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Minister says number of families incurring a social welfare debt as a result of underestimating their incomes has been reduced.



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AM

 

Tuesday 2 November 2004

Minister says number of families incurring a social welfare debt as a result of underestimating their incomes has been reduced

 

TONY EASTLEY: The Fe deral Government says it's ironed out a lot of the problems with its social welfare payments system that had burdened many families with a tax debt. It says it's now "drastically reduced" the number of families who've incurred a debt as a result of underestimating their incomes. 

 

Previous figures show nearly 600,000 families a year were saddled with a debt, but according to the Government the latest information shows the figure is significantly lower. 

 

Centrelink, the agency that delivers the payments, has just been criticised for encouraging some low-income families to over-estimate their earnings in order to avoid the debt. The problem was, as a consequence, some families missed out on government concessions.  

 

Alexandra Kirk reports from Canberra. 

 

ALEXANDRA KIRK: For the past three years the Government's weathered criticism over the way it recovers debts from families who innocently incur overpayments because they're unable to make a perfect guess about how much they'll earn. Many families have had the debt recouped from their tax returns. 

 

But now it's claiming recent improvements have "drastically reduced" the overpayments and debt problem. 

 

In previous years up to 30 percent of all families receiving the benefit incurred a debt. The Government says that's now down to just six percent, according to the tax returns just completed by half the families.  

 

The Family and Community Services Minister Kay Patterson's office says while it can't assume that will be the final debt rate, it's, quote, "relatively confident" it won't be much higher when all tax returns are in.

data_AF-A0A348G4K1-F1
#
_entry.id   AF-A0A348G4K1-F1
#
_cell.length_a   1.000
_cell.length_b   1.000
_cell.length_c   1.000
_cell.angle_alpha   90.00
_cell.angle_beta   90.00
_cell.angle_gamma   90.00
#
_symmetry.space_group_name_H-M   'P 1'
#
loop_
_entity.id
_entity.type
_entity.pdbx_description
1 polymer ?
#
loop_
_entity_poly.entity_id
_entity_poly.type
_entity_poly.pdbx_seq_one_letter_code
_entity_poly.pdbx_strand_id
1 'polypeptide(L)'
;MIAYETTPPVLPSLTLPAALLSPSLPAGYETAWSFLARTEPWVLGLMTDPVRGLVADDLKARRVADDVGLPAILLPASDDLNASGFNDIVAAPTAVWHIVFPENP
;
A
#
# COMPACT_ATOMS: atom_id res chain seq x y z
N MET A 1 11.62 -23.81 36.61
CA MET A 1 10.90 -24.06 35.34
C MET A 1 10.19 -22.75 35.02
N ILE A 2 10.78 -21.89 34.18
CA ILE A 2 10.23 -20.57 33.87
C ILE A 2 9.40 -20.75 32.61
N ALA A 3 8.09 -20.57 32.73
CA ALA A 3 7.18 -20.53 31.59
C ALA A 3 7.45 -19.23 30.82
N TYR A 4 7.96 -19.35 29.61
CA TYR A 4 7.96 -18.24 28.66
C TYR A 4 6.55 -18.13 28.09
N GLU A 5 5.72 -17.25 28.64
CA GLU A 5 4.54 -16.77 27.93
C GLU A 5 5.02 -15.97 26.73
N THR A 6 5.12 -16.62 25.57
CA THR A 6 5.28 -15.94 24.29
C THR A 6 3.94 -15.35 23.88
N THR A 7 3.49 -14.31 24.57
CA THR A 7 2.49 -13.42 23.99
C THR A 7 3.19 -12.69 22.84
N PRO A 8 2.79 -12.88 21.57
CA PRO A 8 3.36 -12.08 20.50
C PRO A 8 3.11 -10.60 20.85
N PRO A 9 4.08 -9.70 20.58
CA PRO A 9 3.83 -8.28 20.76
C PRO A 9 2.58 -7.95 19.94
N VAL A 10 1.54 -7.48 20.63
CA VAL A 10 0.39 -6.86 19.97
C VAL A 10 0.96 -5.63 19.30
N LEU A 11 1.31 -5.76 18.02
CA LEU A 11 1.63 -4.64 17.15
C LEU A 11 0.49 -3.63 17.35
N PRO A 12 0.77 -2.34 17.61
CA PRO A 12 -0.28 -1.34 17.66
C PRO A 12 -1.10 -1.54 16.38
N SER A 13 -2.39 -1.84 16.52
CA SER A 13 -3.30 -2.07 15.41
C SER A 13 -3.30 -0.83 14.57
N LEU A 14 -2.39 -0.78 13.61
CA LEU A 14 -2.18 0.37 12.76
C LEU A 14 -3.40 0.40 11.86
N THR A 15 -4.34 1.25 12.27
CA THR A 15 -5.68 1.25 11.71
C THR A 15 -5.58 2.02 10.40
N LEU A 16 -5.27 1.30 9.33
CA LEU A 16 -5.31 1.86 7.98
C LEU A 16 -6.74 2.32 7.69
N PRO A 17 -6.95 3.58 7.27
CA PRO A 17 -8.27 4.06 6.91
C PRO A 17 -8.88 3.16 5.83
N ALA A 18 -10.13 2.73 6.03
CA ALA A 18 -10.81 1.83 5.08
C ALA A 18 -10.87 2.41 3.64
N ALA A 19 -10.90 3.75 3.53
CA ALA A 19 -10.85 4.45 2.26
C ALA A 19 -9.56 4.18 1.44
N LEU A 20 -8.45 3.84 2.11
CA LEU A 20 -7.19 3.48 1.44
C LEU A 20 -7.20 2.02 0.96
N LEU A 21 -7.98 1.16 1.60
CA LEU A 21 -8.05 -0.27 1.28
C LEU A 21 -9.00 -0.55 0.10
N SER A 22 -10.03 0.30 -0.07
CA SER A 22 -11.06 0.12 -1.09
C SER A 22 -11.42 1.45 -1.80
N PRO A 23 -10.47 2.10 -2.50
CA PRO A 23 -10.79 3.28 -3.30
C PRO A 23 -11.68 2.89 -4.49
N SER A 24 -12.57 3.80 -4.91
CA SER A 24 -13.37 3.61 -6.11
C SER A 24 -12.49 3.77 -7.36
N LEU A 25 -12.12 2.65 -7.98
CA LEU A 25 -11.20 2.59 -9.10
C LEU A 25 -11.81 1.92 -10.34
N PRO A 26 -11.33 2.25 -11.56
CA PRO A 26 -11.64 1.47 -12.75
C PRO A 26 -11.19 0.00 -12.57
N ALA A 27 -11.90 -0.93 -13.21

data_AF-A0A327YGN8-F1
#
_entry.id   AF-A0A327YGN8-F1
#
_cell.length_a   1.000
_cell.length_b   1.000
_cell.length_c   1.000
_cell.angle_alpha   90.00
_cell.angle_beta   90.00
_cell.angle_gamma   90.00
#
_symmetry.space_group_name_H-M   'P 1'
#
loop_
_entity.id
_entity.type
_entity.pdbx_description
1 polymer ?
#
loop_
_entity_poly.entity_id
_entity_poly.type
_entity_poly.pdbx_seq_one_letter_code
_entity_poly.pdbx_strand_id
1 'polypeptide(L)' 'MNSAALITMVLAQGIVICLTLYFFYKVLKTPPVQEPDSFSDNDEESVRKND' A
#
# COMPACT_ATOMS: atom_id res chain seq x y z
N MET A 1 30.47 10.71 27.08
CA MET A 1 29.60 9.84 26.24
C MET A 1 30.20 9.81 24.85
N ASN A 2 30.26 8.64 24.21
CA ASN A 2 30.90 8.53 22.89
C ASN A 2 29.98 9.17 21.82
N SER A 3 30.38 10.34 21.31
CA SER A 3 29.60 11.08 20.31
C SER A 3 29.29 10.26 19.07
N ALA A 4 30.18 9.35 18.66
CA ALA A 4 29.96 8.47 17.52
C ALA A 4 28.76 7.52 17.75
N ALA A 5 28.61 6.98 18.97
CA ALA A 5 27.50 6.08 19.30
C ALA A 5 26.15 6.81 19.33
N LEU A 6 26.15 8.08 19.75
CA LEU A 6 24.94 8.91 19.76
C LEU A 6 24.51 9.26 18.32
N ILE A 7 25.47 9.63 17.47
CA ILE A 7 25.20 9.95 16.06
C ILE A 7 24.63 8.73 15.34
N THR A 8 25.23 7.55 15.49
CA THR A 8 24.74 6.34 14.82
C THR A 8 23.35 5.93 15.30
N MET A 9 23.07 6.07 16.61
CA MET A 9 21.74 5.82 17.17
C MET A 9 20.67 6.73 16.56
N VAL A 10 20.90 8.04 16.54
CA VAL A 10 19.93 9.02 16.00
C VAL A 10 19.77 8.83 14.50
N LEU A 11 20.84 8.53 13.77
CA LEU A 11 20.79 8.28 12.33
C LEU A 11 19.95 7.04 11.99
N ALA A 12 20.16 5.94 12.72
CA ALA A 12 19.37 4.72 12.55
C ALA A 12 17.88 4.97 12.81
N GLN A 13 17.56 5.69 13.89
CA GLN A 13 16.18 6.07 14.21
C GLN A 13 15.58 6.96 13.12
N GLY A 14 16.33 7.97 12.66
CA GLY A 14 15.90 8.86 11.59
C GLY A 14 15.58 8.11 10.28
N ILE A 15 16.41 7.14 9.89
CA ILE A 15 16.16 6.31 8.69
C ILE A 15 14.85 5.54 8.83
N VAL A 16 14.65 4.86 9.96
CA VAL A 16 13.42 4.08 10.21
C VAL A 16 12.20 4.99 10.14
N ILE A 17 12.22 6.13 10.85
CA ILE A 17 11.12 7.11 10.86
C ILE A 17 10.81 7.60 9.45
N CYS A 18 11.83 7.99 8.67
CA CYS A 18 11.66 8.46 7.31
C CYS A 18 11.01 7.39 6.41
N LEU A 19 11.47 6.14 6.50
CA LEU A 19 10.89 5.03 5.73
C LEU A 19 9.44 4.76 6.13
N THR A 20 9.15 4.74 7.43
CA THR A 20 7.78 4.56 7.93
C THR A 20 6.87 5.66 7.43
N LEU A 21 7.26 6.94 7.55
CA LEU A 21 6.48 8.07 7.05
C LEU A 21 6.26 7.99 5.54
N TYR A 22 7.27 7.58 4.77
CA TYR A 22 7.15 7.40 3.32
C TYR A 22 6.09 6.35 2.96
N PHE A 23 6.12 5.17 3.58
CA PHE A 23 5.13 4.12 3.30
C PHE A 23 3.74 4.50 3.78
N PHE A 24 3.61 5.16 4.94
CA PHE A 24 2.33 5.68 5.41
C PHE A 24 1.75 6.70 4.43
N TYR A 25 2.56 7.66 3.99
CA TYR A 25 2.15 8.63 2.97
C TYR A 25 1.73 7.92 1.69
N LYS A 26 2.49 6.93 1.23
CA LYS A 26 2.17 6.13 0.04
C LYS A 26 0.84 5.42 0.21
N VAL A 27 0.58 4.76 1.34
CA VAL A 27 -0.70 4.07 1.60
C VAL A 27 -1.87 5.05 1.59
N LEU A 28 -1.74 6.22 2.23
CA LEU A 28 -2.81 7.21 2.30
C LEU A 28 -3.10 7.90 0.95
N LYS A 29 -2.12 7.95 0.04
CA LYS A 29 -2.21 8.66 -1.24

Senator Patterson says she's keen to further reduce the overpayments problem. 

 

KAY PATTERSON: People aren't required to update their incomes, and we do find that some people constantly underestimate their income. We may be able to have legislation which uplifts their estimate to the previous year, and they can change that if they can demonstrate that their income won't be the same as the previous year. 

 

ALEXANDRA KIRK: So do you think that you can get rid of the overpayments problems? 

 

KAY PATTERSON: I think I can reduce them significantly and get as close as possible to people in similar circumstances receiving the same assistance from the tax payer. 

 

ALEXANDRA KIRK: A few weeks ago a sole parent of three, Katrina, told AM she rightly informed Centrelink she'd just received a one-off child support payment from her former partner, only to be told she would not only fail to get a cent of the Government's extra family payments but end up with a big debt.  

 

KATRINA: I've had to go to my family and ask them to help me out financially, my neighbours have helped out with food for the children, clothing, hand-me-downs for the kids. 

 

ALEXANDRA KIRK: Did you explain this to Centrelink? 

 

KATRINA: Yes - "we're sorry, ma'am, we can't do anything about it." 

 

ALEXANDRA KIRK: Kay Patterson says Katrina isn't alone and it's a problem she now wants to fix. She's considering a more sympathetic approach for sole parents receiving lump sum child support.  

 

KAY PATTERSON: I think what we need to do is to examine that, to see that when a person gets a lump sum in a year it's taken into account as income for that year. Had it been spread across, and had the person paid each year it wouldn't have had that effect. I want to look at that. 

 

TONY EASTLEY: Family and Community Services Minister, Kay Patterson.